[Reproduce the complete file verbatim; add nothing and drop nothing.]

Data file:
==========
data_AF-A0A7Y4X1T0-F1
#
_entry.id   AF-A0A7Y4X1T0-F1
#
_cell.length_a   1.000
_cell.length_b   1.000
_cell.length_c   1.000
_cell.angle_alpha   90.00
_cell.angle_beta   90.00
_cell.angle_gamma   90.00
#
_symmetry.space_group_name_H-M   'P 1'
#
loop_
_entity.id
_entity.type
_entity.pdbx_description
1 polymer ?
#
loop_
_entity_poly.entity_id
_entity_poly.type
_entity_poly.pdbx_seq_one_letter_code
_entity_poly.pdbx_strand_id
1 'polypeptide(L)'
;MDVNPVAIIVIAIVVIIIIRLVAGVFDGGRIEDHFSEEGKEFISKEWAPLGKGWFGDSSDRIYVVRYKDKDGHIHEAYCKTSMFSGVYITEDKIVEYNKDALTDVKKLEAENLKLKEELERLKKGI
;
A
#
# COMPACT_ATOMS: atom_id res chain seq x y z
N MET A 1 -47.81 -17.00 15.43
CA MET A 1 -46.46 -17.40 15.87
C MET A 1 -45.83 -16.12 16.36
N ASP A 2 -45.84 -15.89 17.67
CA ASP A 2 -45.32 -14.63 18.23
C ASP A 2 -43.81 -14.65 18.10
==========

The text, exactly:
data_AF-A0A7Y4X1T0-F1
#
_entry.id   AF-A0A7Y4X1T0-F1
#
_cell.length_a   1.000
_cell.length_b   1.000
_cell.length_c   1.000
_cell.angle_alpha   90.00
_cell.angle_beta   90.00
_cell.angle_gamma   90.00
#
_symmetry.space_group_name_H-M   'P 1'
#
loop_
_entity.id
_entity.type
_entity.pdbx_description
1 polymer ?
#
loop_
_entity_poly.entity_id
_entity_poly.type
_entity_poly.pdbx_seq_one_letter_code
_entity_poly.pdbx_strand_id
1 'polypeptide(L)'
;MDVNPVAIIVIAIVVIIIIRLVAGVFDGGRIEDHFSEEGKEFISKEWAPLGKGWFGDSSDRIYVVRYKDKDGHIHEAYCKTSMFSGVYITEDKIVEYNKDALTDVKKLEAENLKLKEELERLKKGI
;
A
#
# COMPACT_ATOMS: atom_id res chain seq x y z
N MET A 1 -47.81 -17.00 15.43
CA MET A 1 -46.46 -17.40 15.87
C MET A 1 -45.83 -16.12 16.36
N ASP A 2 -45.84 -15.89 17.67
CA ASP A 2 -45.32 -14.63 18.23
C ASP A 2 -43.81 -14.65 18.10